Hurricanes, winter storms and wildfires have highlighted the growing vulnerability of electric grids in recent years. To many people they have also reinforced the importance of quickly shifting away from fossil fuels, the primary cause of climate change.
Utilities are spending tens of billions of dollars on strengthening grids and switching to cleaner forms of energy, often with the help of federal and state incentives.
But critics of the industry say utilities are not being particularly innovative in investing in their systems. Utilities are spending a lot on new long-distance power lines that can take years or even decades to build because of environmental reviews and local opposition.
A May report by the Brattle Group, a research firm based in Boston, concluded that utilities could save up to $35 billion a year if they invested in smaller-scale energy projects like home batteries and rooftop solar panels that can be built more easily and quickly.
Green Mountain’s proposal seems to recognize that reality, said Leah Stokes, an associate professor of environmental politics at the University of California, Santa Barbara. “It really is the model, especially if you’re worried about power outages,” she said. “It really could become the example for the rest of the country.”
Ms. McClure said the high cost of large-scale power projects threatened to raise electricity rates so much that many customers might struggle to pay for energy.
Electricity customers in New England pay about $270 a month, on average, for a home that uses 1,000 kilowatt-hours of electricity, compared with the national average of about $160, according to the Energy Information Administration. That’s the third-highest rate in the country, behind Hawaii and California. Vermont’s rates are the lowest in New England but still about 29 percent above the national average.
Electricity rates nationwide increased about 25 percent in the last five years and are expected to continue to rise sharply as utilities seek to strengthen the grid and build new renewable energy projects.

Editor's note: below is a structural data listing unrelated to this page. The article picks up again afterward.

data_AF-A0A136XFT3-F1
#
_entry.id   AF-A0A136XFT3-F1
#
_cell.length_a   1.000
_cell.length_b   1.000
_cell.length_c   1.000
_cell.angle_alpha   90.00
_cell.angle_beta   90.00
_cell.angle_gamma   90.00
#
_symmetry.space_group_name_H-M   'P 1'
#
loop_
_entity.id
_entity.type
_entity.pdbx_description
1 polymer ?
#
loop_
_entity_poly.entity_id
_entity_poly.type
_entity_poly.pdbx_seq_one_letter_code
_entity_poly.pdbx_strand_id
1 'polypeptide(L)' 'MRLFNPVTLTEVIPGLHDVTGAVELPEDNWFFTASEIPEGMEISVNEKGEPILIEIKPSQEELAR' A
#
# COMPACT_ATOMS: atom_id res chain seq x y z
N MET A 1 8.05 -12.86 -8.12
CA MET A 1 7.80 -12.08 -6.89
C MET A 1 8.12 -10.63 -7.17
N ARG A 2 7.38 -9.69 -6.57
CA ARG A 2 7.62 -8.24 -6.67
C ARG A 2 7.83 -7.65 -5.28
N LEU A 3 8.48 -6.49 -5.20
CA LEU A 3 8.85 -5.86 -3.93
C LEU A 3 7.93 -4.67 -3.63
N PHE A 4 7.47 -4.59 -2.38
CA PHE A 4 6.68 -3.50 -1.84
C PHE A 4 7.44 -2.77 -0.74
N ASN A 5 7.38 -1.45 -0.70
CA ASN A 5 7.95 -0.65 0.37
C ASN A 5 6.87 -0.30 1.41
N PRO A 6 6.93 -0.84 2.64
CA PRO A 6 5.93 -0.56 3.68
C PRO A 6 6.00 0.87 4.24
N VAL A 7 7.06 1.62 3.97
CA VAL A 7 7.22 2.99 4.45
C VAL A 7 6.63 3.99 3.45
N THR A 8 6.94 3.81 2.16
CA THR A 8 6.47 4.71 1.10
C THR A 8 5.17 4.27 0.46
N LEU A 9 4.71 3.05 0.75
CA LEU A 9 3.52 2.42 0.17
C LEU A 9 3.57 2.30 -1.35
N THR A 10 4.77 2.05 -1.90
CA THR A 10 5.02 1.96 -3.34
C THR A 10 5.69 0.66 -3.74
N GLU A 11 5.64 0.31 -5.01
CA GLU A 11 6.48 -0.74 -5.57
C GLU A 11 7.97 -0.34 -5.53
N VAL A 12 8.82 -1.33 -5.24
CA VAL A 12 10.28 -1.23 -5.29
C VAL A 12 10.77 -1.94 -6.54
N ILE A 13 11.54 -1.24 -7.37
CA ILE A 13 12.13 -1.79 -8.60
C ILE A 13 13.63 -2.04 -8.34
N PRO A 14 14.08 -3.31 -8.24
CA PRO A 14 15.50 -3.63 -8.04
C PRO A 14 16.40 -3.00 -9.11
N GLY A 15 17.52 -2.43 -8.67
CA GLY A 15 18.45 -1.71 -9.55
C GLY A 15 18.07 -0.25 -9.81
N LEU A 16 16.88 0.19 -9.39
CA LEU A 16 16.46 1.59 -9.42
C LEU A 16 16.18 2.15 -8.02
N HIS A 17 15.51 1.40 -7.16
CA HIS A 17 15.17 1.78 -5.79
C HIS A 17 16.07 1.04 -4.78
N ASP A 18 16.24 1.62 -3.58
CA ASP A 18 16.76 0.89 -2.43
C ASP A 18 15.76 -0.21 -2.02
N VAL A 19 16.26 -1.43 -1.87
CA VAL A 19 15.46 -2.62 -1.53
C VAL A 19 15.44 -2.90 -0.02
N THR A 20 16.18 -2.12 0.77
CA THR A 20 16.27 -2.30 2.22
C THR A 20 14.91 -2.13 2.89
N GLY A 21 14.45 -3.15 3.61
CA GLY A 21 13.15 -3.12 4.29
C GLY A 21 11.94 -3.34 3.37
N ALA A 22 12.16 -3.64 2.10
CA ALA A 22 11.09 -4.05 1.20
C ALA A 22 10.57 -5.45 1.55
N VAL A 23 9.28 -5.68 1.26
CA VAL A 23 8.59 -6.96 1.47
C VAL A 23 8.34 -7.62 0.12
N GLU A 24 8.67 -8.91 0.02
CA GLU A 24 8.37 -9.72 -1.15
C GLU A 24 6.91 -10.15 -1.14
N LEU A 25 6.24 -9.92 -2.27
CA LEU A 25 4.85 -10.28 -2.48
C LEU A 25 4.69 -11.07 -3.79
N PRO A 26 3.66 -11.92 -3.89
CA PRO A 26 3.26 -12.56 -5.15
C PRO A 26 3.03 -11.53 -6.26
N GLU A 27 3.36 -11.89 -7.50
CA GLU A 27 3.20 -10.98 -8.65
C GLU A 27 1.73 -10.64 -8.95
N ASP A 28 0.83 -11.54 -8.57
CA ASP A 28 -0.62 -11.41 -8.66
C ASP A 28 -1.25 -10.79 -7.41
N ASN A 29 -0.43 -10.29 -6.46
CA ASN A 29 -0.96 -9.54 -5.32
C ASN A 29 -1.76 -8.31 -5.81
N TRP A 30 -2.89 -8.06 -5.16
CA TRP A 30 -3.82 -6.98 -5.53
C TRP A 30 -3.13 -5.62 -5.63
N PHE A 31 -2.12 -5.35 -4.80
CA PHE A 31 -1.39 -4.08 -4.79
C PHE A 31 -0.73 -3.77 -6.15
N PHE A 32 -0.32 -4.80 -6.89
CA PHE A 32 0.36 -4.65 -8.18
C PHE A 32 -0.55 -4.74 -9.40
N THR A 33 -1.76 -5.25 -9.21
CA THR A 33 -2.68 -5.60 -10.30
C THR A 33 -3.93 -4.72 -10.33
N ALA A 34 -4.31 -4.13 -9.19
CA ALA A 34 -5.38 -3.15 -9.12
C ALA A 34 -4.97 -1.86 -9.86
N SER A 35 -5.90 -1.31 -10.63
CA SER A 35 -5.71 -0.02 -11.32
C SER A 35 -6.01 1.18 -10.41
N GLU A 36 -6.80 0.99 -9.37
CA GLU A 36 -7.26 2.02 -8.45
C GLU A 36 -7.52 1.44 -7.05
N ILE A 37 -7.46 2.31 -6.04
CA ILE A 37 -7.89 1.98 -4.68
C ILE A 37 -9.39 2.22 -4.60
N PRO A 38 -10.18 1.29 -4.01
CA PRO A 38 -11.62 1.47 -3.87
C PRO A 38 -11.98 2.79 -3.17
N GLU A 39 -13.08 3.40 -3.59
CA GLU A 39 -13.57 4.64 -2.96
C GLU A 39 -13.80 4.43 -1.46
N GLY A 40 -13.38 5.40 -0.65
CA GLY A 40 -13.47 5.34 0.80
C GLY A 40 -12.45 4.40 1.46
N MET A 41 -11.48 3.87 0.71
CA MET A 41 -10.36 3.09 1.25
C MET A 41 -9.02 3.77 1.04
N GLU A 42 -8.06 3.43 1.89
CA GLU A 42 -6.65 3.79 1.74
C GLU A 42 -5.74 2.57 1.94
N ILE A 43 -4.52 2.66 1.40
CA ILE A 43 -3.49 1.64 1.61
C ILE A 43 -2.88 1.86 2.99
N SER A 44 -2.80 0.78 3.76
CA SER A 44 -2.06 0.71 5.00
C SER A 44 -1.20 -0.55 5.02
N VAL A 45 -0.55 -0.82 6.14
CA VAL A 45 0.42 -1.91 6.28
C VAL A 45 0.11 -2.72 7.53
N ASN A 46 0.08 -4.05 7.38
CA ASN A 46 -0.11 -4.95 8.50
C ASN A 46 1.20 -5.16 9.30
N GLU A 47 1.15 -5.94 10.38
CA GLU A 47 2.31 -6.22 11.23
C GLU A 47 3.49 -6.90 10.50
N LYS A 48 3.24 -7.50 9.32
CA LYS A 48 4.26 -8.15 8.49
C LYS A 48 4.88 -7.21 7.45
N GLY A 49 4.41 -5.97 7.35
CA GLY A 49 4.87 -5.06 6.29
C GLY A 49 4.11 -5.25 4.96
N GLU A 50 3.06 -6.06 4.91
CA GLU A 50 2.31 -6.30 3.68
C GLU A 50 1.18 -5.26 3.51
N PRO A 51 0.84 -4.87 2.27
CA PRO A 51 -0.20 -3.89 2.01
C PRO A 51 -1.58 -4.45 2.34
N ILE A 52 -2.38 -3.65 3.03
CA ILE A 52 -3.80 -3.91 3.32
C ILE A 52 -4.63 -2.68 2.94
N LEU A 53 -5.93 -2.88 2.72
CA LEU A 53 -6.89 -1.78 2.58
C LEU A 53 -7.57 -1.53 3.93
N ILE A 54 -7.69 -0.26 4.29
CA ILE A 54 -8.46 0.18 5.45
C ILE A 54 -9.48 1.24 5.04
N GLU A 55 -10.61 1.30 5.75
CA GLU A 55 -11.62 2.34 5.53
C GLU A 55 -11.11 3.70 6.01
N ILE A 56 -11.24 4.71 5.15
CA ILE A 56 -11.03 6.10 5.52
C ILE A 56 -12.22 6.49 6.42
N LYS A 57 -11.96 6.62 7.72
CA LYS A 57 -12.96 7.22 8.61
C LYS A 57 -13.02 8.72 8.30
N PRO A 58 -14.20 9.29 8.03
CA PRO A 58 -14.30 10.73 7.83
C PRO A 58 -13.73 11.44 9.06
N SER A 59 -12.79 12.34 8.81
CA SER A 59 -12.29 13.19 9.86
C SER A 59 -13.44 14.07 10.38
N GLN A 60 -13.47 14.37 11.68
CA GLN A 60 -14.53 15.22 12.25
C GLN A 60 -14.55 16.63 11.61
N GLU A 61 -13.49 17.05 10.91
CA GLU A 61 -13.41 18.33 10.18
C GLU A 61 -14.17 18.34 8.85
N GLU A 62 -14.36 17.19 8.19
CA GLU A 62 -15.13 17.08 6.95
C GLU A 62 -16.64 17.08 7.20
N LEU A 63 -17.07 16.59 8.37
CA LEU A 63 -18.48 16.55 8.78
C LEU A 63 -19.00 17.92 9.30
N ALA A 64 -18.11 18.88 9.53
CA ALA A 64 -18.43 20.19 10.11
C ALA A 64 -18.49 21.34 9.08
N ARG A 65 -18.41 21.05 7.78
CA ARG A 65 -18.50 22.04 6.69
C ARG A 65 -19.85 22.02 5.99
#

Emily Fisher, executive vice president for clean energy and general counsel at the Edison Electric Institute, a utility trade organization, said Green Mountain’s proposal aligns with discussions throughout the industry about ways to respond to climate change and the results of extreme weather.
“I think it’s innovative,” Ms. Fisher said. “I don’t see it as a change in the business model but a way to harness the business model. You’re going to have to show that it has systemwide benefit.”
Power outages cost utilities in the United States about $150 billion a year, according to analysts at Sprott, an investment firm. And modernizing U.S. electric grids could cost “well into the trillions of dollars,” according to Sprott’s estimates.
In addition to the roughly $20 million to $25 million that Green Mountain spends each year on managing trees and other vegetation around its power lines, the utility said, it spent about $55 million on storm recovery this year. It spent an average of less than $10 million a year after storms between 2015 and 2022.
Those kinds of storm recovery costs can increase rates by as much as 7 percent over time because the utility is allowed to recoup that spending from ratepayers.
“If you are leading a utility anywhere in the country you have to get on a path to stop the madness, relative to rates,” Ms. McClure said.